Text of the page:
Last summer, I spent the first week of August doing something that should have been done about 25 years ago: cleaning out the attic in my family home. One finds all sorts of things stuck under the rafters, including old glass- and dishware. Having been pushed and shoved into corners as other things got added up there, and having suffered the New Jersey heat of some 50 years in that attic, some of that glassware was cracked. Like an old dish from my grandparents’ set.
I’ve always been moved by the utter castoff-edness evoked in Psalm 31—the Responsorial Psalm for Good Friday—whose refrain is Our Lord’s prayer, “Father, into your hands I commend my spirit.” One of the lines of that Psalm speaks of being “like the unremembered dead; I am like a dish that is broken.”
A broken dish. It can hardly fulfill its purpose. If it is to serve up a nourishing meal, how does one put food on it? And how does one keep from hurting one’s self on the jagged end? Porcelain cuts are nasty.
Orthodox. Faithful. Free.
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A broken dish seems useless. It seems to be something ready to be thrown out, cast off, discarded, an object of despair.
But the psalmist does not despair. Though “I am like a dish that is broken,” I put my trust in God. “You are my God. In your hands is my destiny…” prays the psalmist with faith.
Bl. Aniela Salawa (1881-1922) was a Polish mystic who is not very well known in the West. She was a third-order Franciscan who spent most of her young life (she died at age 40) as a servant girl in wealthy houses in Kraków, Poland. Though a servant girl, she gave alms.
During World War I, she assisted with the sick and wounded in Kraków hospitals. By the time the War ended, Aniela had succumbed to multiple sclerosis, followed by stomach cancer and tuberculosis. Never a strong girl, she was no longer able to support herself by cleaning work and so passed her last years living in a Kraków basement, supported by benefactors.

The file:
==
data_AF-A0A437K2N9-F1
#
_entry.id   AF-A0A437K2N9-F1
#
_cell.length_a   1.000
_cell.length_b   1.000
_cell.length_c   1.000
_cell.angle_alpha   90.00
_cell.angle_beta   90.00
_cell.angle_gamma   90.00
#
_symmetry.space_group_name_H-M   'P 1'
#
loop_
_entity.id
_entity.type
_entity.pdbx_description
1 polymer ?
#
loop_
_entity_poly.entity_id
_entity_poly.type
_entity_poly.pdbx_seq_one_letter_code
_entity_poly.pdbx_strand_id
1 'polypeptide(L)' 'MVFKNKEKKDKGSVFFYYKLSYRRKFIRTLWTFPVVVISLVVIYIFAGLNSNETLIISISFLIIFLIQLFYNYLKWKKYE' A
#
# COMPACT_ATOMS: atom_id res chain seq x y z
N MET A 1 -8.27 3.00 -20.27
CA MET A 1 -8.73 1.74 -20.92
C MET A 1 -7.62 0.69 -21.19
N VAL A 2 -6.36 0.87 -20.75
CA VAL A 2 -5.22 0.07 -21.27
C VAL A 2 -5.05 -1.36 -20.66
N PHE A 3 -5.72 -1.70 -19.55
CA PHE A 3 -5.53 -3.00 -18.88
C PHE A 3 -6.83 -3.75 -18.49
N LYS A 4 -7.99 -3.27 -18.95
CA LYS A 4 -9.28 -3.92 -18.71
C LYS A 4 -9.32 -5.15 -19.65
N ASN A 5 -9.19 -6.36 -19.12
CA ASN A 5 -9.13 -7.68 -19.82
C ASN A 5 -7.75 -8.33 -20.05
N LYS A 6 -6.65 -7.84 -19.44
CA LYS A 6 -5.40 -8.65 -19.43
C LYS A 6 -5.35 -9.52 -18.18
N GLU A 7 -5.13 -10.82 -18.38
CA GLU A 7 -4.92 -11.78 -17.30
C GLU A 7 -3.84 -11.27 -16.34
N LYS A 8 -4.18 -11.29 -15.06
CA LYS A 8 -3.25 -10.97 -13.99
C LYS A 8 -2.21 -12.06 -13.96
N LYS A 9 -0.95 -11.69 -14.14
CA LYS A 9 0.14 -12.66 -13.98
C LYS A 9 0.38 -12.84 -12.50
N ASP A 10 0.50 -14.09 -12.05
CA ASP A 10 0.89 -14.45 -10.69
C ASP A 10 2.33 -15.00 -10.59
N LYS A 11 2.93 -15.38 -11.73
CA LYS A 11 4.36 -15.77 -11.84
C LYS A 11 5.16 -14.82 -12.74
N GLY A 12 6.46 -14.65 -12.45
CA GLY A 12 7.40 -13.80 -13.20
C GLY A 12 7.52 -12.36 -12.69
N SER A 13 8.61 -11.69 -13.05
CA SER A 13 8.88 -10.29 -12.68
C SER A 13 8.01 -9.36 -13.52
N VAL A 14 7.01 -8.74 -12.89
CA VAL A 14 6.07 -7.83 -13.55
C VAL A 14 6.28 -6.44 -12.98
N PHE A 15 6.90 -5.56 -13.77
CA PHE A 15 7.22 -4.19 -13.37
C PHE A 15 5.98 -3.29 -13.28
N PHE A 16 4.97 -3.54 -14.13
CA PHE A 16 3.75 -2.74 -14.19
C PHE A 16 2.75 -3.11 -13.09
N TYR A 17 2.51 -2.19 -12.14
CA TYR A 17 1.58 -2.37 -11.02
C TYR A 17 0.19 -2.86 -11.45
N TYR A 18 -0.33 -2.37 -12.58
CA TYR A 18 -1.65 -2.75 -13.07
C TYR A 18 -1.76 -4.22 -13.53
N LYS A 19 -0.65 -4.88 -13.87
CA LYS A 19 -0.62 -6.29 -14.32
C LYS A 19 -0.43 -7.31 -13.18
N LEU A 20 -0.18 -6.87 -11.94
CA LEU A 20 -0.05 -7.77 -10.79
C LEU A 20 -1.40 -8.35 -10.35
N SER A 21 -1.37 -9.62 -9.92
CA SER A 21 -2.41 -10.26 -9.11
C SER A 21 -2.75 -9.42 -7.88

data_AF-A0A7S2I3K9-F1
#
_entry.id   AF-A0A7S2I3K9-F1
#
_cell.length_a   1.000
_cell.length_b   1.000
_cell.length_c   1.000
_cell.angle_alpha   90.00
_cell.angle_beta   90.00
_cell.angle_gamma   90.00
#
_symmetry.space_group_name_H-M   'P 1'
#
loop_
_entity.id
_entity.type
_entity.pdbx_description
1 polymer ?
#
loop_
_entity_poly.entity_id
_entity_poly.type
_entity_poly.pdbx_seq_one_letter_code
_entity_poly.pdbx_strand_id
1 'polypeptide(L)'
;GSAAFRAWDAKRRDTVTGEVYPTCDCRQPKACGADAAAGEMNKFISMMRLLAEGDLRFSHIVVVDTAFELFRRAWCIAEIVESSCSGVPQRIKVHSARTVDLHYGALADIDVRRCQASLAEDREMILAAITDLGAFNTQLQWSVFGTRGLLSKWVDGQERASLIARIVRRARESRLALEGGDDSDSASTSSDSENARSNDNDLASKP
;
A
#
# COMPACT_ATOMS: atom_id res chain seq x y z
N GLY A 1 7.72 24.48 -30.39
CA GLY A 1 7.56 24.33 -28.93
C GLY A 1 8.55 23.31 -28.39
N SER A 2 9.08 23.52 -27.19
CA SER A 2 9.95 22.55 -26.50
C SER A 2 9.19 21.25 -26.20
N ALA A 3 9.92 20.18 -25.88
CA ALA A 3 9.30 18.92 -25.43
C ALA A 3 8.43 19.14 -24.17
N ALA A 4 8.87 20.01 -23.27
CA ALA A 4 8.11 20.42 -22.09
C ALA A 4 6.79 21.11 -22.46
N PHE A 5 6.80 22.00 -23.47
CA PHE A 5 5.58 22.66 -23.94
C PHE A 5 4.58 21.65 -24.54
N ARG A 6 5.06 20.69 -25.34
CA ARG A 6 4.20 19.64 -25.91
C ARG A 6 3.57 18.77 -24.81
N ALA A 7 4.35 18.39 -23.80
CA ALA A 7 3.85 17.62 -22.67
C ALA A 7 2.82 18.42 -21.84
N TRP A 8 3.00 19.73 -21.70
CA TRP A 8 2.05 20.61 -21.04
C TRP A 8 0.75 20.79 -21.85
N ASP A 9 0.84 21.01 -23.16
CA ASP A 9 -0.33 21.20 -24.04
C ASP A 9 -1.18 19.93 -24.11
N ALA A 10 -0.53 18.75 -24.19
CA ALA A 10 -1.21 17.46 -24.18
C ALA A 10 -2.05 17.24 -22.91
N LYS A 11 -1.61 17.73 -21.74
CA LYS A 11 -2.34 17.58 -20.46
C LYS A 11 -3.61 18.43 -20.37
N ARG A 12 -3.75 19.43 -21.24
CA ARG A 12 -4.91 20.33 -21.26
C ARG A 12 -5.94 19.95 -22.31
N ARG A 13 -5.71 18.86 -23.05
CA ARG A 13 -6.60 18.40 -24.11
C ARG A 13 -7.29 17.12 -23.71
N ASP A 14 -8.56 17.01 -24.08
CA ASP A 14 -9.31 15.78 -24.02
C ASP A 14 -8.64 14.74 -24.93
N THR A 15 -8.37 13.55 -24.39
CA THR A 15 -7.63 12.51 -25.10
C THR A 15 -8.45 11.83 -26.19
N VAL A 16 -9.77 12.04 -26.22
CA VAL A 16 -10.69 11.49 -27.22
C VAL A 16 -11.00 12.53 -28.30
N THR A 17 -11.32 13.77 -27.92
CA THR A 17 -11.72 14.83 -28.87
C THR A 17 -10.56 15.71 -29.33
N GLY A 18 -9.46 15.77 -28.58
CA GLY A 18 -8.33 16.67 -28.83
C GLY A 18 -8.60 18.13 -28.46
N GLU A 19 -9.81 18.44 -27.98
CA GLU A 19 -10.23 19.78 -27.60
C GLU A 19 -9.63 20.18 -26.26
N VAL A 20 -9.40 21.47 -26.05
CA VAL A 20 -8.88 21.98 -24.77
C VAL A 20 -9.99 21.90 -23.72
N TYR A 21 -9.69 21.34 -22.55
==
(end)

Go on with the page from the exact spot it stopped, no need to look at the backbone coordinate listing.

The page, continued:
Even during her own life, those who knew her sensed her sanctity: her confessor instructed her to keep a diary, thanks to which we have insights into her mystical life. Many clergy assisted at her funeral, and the Franciscans sought to begin her journey to the altar already in 1948. She was beatified in 1991.
I mention Bl. Aniela Salawa this Good Friday because of one of her reflections. She was the youngest of eleven children, born in Siepraw, a village about 15 miles south of Kraków. Her father was a poor blacksmith, and Aniela was almost certainly malnourished.
This region of Poland—then part of the Austro-Hungarian Empire—was particularly impoverished. No small part of the Polish-American community that formed in the United States from 1880-1920 (including that grandmother who put those plates up in my attic) emigrated from that region, Galicia, to escape poverty. Indeed, among Polish historians, the mass exodus of Poles from Austrian, Prussian, and Russian-occupied Poland at the turn of the 20th century is called the emigracja za chlebem, the “emigration for bread.”
Aniela wanted to contribute her fair share to her family’s livelihood. But the youngest and littlest child could not give much, nor did her family expect much from her. Describing her place in her childhood home, she wrote: “At home, I was like that piece of broken junk, cast off in the corner.”
Like a dish that is broken.
Little could that young girl know that, nevertheless, the Lord had already decided to do great things with that broken dish. Aniela would subsequently add to her earlier observation:
But one day the Lord Jesus came to me and, looking with pity upon me, thought to Himself: “just maybe something might be made from that broken piece of junk?” And He did with me just what He thought.
Ours is a broken world. The number of people suffering from loneliness, the scourges of depression, even the growth of suicide all point to a world in which people no longer see value in life—that of others or even their own. But God sees that value. Fr. Leo Trese, a popular spiritual writer of the 1940s and 1950s, once remarked that even if you were the only person in the entire universe who needed redemption, Jesus would have died this Good Friday for you.
Because He knows “just maybe something might be made” from you. Or, as an old Glenmary Missionary poster put it, depicting two poor boys holding each other by the neck: “God made me…and God don’t make junk.”
After all, more than half a century after that broken plate wound up in the family attic, it still had one last task to do: to remind a grandson of a grandmother, of her country and its saints, and that God can do great things even with a dish that is broken.